Seven Questions on Spain's Restitution Surprise

The repentant Spaniards' intentions appear honorable - but have they considered the consequences of opening their doors to 3.5 million Jews?

Matthew Kalman
Matthew Kalman
Matthew Kalman
Matthew Kalman

Last Friday, the Spanish government approved draft legislation allowing dual citizenship claims from descendants of Jews expelled during the Inquisition in 1492. The bill must still be approved by parliament.

David Broza, clearly, will be delighted, though quite why the Spanish people would want to grant the “right of return” to an estimated 3.5 million newcomers is unclear. Their intentions appear to be honorable – to correct a historic injustice – but have they considered the consequences? Have the mandarins of Madrid bitten off more than they can put in their paella?

Not since the names of Holocaust-era Swiss bank accounts was published in 2001 has a list been so hopefully scrutinized, as the new roll-call of surnames that might qualify, from Abadi to Zuaretz via Knafo and Mizrachi.

Spanish citizenship would bestow upon Israelis instant access to European Union healthcare, work permits and cheap or even free higher education. As Monty Python famously pointed out, 'No one expects the Spanish Inquisition' – and I doubt that Spaniards know what will hit them if the bill becomes law.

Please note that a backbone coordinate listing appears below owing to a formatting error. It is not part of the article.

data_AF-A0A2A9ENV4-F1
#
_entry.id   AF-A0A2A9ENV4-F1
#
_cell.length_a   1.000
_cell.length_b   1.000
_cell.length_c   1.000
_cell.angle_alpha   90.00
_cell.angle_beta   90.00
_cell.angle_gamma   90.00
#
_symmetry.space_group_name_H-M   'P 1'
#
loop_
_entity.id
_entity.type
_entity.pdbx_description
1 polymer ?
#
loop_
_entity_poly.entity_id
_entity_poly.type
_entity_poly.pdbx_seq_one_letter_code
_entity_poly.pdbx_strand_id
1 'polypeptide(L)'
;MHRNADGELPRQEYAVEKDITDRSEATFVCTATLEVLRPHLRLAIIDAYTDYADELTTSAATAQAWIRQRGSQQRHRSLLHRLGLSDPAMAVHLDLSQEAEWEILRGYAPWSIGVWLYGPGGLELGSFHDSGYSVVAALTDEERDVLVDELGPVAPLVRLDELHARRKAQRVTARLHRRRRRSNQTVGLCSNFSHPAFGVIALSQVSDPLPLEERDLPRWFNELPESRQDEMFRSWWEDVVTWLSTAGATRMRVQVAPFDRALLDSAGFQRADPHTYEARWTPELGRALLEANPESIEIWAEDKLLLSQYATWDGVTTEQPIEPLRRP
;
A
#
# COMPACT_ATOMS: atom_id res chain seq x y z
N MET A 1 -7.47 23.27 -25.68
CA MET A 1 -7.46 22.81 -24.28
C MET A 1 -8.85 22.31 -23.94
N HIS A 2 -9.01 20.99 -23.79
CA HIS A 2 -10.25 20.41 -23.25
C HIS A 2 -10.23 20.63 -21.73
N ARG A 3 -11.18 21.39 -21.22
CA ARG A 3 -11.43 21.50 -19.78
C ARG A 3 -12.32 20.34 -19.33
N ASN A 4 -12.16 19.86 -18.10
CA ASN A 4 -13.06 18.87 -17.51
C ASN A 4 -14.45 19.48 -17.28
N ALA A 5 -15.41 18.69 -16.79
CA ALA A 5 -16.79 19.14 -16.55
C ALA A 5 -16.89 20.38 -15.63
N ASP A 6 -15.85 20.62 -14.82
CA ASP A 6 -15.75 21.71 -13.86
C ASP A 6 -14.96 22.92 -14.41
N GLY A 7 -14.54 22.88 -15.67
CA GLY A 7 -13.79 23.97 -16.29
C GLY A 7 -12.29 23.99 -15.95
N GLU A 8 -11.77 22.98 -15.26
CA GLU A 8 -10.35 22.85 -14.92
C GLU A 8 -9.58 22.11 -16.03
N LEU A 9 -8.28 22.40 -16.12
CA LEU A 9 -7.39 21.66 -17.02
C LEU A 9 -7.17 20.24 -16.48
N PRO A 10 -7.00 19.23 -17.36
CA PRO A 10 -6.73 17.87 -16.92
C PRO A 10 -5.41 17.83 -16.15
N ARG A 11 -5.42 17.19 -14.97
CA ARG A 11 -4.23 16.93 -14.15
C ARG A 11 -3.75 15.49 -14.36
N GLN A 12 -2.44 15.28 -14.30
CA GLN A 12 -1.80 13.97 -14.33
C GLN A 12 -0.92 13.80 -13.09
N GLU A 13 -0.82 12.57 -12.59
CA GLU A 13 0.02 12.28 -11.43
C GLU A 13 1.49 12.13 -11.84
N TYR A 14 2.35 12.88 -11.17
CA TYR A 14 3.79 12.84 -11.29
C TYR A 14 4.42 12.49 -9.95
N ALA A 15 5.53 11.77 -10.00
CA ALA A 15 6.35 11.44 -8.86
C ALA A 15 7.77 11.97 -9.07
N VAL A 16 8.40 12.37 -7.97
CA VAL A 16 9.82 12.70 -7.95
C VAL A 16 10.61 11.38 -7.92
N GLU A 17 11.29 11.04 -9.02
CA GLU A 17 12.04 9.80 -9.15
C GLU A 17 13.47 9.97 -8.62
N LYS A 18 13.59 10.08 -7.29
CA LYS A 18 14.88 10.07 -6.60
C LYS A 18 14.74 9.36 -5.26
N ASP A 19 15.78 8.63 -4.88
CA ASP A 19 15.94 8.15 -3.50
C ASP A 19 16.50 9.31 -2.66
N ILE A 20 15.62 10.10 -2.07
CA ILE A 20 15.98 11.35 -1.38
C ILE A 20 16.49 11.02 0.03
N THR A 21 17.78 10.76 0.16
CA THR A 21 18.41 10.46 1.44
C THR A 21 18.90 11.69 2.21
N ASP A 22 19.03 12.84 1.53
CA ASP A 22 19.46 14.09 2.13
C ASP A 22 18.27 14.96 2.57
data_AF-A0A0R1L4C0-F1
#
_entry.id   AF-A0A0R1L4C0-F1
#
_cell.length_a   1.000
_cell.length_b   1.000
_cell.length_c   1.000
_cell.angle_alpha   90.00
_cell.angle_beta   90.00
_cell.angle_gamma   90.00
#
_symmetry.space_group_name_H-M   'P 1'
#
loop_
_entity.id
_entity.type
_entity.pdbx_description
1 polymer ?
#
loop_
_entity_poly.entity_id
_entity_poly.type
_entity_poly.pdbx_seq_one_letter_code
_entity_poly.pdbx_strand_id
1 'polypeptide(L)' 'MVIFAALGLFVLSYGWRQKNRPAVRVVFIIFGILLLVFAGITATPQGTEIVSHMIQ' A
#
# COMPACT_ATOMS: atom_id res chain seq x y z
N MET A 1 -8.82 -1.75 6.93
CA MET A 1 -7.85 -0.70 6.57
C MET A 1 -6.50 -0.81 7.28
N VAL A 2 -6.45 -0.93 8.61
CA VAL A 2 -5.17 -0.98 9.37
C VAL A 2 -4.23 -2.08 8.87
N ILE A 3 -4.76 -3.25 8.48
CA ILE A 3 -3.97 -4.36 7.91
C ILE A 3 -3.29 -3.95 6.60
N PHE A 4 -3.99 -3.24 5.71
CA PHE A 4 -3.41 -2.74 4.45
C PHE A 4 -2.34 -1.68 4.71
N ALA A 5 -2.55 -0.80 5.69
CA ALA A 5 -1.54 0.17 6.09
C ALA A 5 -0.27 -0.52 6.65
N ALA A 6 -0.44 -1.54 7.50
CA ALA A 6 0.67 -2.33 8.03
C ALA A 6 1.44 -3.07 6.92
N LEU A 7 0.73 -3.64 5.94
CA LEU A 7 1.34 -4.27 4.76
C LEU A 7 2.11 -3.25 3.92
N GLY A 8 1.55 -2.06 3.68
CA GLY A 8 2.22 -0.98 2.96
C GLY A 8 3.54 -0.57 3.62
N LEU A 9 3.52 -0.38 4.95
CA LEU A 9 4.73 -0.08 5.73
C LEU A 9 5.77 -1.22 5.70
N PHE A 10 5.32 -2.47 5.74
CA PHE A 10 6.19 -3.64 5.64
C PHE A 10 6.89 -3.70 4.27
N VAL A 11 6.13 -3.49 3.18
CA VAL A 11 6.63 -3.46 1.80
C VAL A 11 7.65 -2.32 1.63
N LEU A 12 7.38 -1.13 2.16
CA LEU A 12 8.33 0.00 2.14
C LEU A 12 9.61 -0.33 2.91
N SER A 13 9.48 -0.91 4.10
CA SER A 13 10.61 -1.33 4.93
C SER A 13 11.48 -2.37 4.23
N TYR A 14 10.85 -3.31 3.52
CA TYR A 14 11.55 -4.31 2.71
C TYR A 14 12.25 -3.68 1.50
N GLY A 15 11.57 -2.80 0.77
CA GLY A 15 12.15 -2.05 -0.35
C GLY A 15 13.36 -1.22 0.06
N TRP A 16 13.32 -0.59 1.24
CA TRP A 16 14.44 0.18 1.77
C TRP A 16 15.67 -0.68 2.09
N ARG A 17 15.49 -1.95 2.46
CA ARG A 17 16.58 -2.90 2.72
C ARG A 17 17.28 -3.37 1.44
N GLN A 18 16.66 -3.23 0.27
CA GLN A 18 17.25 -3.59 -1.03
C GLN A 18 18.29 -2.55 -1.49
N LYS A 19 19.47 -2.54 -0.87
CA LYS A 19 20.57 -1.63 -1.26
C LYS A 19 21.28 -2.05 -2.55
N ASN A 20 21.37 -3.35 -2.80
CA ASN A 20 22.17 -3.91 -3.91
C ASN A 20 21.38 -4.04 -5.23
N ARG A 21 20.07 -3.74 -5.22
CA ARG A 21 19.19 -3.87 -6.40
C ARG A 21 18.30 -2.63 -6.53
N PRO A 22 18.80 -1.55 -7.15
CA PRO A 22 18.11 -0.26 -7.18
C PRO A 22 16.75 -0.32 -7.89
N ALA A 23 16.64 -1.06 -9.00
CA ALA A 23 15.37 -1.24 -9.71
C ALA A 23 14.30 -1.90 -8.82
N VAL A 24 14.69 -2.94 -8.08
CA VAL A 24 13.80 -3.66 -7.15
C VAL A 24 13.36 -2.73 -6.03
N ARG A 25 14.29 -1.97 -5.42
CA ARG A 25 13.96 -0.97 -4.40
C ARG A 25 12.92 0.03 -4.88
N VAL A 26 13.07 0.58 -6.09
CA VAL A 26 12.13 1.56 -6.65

So, just before the stampede begins, here are some things Spanish lawmakers might consider before it’s too late:

1. Since first announcing they would grant citizenship to qualifying descendants of the expulsion in 2012, Spanish bureaucrats have processed applications slower than Israel processes asylum requests from African migrants. Are they ready for 3.5 million frustrated, angry Israelis?

2. Spain is insisting that claimants first prove they are Jewish before granting citizenship. Is that Orthodox, Conservative, Reform or cultural Jewish? Here’s predicting the rise of a Spanish ultra-orthodox lobby insisting that only “real” Jews and their conversions are accepted.

3. A century after the Jewish expulsion, the Spanish expelled a similar number of Muslims. When Spain welcomes those descendants back as well, they’ll be able to re-create the Middle East conflict right at home.

4. Just what a country in deep economic crisis needs: 3.5 million new citizens who can’t speak the language.

5. Just what a country with a rich history of Jew hatred needs: legislative favoritism for Jews. That won’t increase anti-semitism at all. No, sir. No way.

6. There are no garinim (sunflower seed) outlets at the Camp Nou soccer stadium in Barcelona and there will be terrible confusion over the use of “ahora,” “mas,” “comer” and “pais.”

7. Is Spanish politics ready for Aryeh Deri?

Aryeh Deri in the ringCredit: Moti Milrod

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